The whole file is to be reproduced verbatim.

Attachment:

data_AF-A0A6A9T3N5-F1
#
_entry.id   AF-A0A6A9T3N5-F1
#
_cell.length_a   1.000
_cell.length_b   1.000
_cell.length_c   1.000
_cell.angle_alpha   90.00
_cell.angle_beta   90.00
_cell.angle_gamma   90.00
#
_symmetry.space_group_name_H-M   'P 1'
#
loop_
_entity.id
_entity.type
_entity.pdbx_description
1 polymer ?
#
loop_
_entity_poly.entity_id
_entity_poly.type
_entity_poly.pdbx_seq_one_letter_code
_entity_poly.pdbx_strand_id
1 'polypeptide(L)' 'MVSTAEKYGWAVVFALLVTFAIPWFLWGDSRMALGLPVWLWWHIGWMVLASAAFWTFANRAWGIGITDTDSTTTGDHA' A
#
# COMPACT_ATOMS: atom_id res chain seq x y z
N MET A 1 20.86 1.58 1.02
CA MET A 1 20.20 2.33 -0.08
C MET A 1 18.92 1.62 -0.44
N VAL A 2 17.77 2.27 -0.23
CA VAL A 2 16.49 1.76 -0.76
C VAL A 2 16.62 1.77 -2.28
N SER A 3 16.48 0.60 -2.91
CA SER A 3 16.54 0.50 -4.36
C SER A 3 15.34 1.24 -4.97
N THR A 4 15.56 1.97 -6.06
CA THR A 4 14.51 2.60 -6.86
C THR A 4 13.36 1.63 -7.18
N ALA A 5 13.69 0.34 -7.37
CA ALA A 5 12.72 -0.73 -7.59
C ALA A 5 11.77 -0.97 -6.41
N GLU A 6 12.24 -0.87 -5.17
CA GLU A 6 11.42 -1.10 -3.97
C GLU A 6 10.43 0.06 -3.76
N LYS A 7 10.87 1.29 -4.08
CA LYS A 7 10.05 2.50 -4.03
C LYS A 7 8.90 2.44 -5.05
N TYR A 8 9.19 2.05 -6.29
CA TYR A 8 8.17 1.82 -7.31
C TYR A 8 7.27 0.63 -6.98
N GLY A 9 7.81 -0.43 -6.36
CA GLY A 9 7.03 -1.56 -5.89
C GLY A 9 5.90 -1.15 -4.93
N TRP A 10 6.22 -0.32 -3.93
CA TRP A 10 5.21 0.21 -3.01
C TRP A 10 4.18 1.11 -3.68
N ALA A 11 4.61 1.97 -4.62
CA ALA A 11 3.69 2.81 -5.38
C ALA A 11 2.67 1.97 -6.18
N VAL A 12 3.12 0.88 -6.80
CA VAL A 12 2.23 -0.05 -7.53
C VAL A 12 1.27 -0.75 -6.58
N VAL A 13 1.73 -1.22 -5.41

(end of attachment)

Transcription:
data_AF-A0A6A9T3N5-F1
#
_entry.id   AF-A0A6A9T3N5-F1
#
_cell.length_a   1.000
_cell.length_b   1.000
_cell.length_c   1.000
_cell.angle_alpha   90.00
_cell.angle_beta   90.00
_cell.angle_gamma   90.00
#
_symmetry.space_group_name_H-M   'P 1'
#
loop_
_entity.id
_entity.type
_entity.pdbx_description
1 polymer ?
#
loop_
_entity_poly.entity_id
_entity_poly.type
_entity_poly.pdbx_seq_one_letter_code
_entity_poly.pdbx_strand_id
1 'polypeptide(L)' 'MVSTAEKYGWAVVFALLVTFAIPWFLWGDSRMALGLPVWLWWHIGWMVLASAAFWTFANRAWGIGITDTDSTTTGDHA' A
#
# COMPACT_ATOMS: atom_id res chain seq x y z
N MET A 1 20.86 1.58 1.02
CA MET A 1 20.20 2.33 -0.08
C MET A 1 18.92 1.62 -0.44
N VAL A 2 17.77 2.27 -0.23
CA VAL A 2 16.49 1.76 -0.76
C VAL A 2 16.62 1.77 -2.28
N SER A 3 16.48 0.60 -2.91
CA SER A 3 16.54 0.50 -4.36
C SER A 3 15.34 1.24 -4.97
N THR A 4 15.56 1.97 -6.06
CA THR A 4 14.51 2.60 -6.86
C THR A 4 13.36 1.63 -7.18
N ALA A 5 13.69 0.34 -7.37
CA ALA A 5 12.72 -0.73 -7.59
C ALA A 5 11.77 -0.97 -6.41
N GLU A 6 12.24 -0.87 -5.17
CA GLU A 6 11.42 -1.10 -3.97
C GLU A 6 10.43 0.06 -3.76
N LYS A 7 10.87 1.29 -4.08
CA LYS A 7 10.05 2.50 -4.03
C LYS A 7 8.90 2.44 -5.05
N TYR A 8 9.19 2.05 -6.29
CA TYR A 8 8.17 1.82 -7.31
C TYR A 8 7.27 0.63 -6.98
N GLY A 9 7.81 -0.43 -6.36
CA GLY A 9 7.03 -1.56 -5.89
C GLY A 9 5.90 -1.15 -4.93
N TRP A 10 6.22 -0.32 -3.93
CA TRP A 10 5.21 0.21 -3.01
C TRP A 10 4.18 1.11 -3.68
N ALA A 11 4.61 1.97 -4.62
CA ALA A 11 3.69 2.81 -5.38
C ALA A 11 2.67 1.97 -6.18
N VAL A 12 3.12 0.88 -6.80
CA VAL A 12 2.23 -0.05 -7.53
C VAL A 12 1.27 -0.75 -6.58
N VAL A 13 1.73 -1.22 -5.41